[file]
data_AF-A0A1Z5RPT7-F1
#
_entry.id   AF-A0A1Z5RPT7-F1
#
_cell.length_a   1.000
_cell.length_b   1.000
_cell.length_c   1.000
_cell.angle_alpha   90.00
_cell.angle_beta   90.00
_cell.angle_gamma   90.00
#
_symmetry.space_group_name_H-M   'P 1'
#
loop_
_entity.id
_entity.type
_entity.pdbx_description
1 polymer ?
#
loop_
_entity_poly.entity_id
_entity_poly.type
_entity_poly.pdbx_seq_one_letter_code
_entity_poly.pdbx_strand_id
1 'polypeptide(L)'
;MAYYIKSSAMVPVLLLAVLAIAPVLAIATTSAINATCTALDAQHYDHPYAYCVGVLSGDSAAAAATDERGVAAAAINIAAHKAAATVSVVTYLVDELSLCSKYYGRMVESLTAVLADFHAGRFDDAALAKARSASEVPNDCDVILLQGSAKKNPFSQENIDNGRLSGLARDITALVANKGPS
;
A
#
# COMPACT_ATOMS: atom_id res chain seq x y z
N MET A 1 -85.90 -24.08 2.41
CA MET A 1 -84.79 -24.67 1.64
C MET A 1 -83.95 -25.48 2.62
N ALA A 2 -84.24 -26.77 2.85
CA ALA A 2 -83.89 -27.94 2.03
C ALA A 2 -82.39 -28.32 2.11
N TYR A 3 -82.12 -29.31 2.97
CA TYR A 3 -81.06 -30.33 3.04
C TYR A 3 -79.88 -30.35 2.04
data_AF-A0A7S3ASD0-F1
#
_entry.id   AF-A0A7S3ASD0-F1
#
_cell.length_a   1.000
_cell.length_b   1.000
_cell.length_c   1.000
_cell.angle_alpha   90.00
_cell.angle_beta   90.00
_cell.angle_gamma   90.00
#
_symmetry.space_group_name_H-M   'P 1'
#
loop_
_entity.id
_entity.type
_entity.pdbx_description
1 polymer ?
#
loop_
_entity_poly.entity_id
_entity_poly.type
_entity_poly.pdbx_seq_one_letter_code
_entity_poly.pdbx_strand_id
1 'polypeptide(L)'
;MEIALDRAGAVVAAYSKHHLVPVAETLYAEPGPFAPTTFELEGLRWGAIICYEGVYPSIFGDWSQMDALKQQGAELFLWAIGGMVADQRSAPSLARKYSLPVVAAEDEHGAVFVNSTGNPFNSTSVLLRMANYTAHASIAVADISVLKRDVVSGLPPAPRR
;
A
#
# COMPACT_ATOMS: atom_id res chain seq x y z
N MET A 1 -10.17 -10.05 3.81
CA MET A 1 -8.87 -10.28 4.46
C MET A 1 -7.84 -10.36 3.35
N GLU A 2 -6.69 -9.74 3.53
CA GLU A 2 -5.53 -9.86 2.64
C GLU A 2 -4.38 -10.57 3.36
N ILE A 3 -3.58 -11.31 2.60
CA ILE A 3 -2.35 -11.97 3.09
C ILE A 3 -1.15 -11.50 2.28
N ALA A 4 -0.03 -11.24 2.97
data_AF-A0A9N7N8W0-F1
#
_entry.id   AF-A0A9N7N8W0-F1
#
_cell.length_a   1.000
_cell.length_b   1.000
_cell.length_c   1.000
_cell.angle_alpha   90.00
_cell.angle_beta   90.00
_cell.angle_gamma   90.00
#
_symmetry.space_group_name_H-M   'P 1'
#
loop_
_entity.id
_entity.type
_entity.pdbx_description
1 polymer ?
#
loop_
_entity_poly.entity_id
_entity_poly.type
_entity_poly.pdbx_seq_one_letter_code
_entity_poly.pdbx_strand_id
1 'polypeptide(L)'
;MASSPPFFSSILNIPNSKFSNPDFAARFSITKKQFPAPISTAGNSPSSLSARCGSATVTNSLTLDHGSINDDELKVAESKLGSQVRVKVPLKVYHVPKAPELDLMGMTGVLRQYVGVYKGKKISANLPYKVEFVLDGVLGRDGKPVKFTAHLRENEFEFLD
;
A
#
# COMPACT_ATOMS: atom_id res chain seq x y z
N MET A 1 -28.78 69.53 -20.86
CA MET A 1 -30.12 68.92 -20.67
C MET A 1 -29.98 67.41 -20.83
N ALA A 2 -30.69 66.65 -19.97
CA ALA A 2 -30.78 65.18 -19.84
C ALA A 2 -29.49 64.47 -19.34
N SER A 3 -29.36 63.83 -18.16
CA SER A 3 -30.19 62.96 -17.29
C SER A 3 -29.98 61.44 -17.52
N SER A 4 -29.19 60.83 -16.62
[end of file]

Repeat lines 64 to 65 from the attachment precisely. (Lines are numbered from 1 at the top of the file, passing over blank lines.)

1 'polypeptide(L)'
;MEIALDRAGAVVAAYSKHHLVPVAETLYAEPGPFAPTTFELEGLRWGAIICYEGVYPSIFGDWSQMDALKQQGAELFLWAIGGMVADQRSAPSLARKYSLPVVAAEDEHGAVFVNSTGNPFNSTSVLLRMANYTAHASIAVADISVLKRDVVSGLPPAPRR